Australian Involvement in CCAMLR New and Exploratory Fisheries

In 2014-15 Australia participated in the Convention for the Conservation of Antarctic Marine Living Resources (CCAMLR) Ross Sea Exploratory Fisheries for the first time. More information about CCAMLR Exploratory Fisheries can be found at

Each year AFMA and the Australian Antarctic Division prepares a ‘Guide to CCAMLR New and Exploratory Fisheries’ to assist Australian companies or persons wishing to make an application for CCAMLR New and Exploratory Fisheries. Application(s), if supported by Australia,  are submitted to CCAMLR for consideration at its annual meeting.

Catch Allowance

Catch from CCAMLR New and Exploratory fisheries is managed by limiting the total allowable catch of fish, restricting the number of boats that can fish and regulating what gear can be used.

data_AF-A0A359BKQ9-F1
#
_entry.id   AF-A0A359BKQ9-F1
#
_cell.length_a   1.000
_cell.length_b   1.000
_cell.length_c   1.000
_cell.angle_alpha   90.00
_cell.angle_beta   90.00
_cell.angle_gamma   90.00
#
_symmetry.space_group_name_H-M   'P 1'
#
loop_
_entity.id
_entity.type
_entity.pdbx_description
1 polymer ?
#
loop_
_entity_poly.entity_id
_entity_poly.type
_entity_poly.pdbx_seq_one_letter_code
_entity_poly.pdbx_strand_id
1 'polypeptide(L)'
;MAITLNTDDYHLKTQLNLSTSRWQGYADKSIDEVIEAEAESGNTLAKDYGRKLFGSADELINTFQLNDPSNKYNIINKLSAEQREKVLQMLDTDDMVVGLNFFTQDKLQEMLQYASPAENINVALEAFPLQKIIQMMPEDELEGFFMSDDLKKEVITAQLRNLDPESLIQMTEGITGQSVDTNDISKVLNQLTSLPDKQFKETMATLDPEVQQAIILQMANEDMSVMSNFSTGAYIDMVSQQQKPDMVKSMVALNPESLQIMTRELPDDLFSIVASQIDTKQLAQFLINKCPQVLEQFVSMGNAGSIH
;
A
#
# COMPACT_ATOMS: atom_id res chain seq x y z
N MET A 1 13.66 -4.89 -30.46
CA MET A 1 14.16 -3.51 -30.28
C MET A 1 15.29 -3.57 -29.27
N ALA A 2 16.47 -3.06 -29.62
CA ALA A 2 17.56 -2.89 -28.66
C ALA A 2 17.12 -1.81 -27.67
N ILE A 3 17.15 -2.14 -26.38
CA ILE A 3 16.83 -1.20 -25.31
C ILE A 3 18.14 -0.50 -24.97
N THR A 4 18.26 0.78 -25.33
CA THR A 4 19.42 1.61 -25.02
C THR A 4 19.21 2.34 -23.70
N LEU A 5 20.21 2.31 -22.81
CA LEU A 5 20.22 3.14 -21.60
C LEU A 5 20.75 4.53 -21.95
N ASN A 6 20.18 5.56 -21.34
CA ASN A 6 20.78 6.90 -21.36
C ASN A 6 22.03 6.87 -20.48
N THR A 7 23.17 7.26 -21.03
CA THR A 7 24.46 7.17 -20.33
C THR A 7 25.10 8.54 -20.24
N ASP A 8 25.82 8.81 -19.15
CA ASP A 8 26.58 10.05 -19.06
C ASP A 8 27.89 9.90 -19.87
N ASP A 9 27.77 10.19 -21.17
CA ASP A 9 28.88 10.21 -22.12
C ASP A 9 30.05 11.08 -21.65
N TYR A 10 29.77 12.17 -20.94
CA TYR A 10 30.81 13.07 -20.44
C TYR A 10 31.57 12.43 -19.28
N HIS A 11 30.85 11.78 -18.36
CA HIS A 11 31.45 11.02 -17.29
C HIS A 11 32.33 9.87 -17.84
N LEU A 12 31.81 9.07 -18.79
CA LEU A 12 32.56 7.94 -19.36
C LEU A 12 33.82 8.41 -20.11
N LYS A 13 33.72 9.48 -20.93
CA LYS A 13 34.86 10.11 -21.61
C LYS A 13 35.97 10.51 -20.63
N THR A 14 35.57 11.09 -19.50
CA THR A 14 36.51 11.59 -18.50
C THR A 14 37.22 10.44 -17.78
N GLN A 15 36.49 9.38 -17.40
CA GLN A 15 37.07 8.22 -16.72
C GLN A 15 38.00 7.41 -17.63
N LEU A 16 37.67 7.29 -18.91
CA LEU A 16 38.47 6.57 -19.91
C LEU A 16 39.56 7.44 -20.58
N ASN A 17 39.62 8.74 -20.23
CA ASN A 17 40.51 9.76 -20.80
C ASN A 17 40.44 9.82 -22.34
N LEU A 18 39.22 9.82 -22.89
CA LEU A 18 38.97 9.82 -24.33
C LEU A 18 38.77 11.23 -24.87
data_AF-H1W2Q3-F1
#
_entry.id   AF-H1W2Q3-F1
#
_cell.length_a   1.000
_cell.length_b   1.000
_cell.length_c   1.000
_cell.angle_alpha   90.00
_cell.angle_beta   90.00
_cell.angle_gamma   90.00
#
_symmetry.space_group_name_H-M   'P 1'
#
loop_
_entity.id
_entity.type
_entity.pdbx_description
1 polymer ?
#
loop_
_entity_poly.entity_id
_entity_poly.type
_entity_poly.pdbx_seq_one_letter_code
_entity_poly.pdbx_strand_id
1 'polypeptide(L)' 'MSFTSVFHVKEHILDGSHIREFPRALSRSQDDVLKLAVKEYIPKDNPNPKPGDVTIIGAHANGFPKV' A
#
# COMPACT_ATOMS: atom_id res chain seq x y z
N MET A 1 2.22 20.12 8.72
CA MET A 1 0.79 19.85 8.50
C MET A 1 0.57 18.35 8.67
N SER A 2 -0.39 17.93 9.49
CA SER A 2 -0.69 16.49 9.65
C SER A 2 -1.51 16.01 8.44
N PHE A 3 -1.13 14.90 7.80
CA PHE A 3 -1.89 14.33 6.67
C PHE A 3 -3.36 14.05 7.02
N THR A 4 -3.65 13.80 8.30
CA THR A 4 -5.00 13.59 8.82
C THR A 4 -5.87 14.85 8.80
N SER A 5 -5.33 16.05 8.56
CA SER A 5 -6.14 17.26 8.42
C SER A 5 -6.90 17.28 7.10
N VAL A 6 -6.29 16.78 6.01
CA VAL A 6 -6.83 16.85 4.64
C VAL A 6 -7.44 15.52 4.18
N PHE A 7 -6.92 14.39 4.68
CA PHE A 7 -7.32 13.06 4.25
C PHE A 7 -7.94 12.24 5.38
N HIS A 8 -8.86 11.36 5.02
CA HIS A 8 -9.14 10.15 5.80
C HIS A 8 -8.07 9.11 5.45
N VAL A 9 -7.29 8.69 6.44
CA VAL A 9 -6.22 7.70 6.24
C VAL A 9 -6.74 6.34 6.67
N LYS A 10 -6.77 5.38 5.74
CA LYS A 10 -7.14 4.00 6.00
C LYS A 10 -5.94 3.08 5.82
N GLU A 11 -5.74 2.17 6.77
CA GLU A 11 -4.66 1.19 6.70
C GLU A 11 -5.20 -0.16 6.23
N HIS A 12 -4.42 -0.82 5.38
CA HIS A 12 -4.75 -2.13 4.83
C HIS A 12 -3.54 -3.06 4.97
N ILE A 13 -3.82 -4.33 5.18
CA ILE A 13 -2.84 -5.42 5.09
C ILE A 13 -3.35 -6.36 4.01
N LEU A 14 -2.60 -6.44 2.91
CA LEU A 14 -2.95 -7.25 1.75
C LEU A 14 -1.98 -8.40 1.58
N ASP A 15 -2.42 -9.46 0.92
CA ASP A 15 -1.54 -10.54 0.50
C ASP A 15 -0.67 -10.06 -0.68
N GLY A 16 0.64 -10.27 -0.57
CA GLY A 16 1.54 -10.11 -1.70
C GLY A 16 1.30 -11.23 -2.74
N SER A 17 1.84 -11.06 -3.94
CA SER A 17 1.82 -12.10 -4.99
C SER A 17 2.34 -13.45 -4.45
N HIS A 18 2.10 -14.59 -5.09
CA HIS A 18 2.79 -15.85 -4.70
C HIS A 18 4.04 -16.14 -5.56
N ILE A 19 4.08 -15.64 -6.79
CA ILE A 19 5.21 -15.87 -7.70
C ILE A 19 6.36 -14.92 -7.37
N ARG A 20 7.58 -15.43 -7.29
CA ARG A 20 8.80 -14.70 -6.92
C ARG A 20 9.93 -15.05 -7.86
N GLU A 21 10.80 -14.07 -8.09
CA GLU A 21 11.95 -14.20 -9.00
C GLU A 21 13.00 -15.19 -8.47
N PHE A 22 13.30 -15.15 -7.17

Value of Australian participation

Confidential due to the small number of operators.

Fishing Gear

Demersal longlining is the primary fishing method used.


The CCAMLR area, which covers around 10 per cent of the Earth’s surface, extends beyond the area of boundaries of the Antarctic Treaty (60°S) and it roughly follows the Antarctic Convergence. The CCAMLR area is divided, for management purposes, into several statistical areas and sub-areas. Each is carefully managed with precautionary catch limits.

Major landing ports for Australian boats operating in CCAMLR New and Exploratory Fisheries

  • New Zealand.

Fishing Season

CCAMLR New and Exploratory Fisheries fishing seasons vary between areas. The fishing seasons in Statistical Areas and Sub-areas are defined within the CCAMLR Conservation Measures at

Management of catch

CCAMLR New and Exploratory fisheries operate under competitive total allowable catches which allow a defined number of nominated vessels from CCAMLR member countries to fish. The CCAMLR Secretariat closes the fishery once the total allowable catch within a particular area is reached.

International Management

The fisheries operate in accordance with CCAMLR Conservation Measures, which are reviewed annually.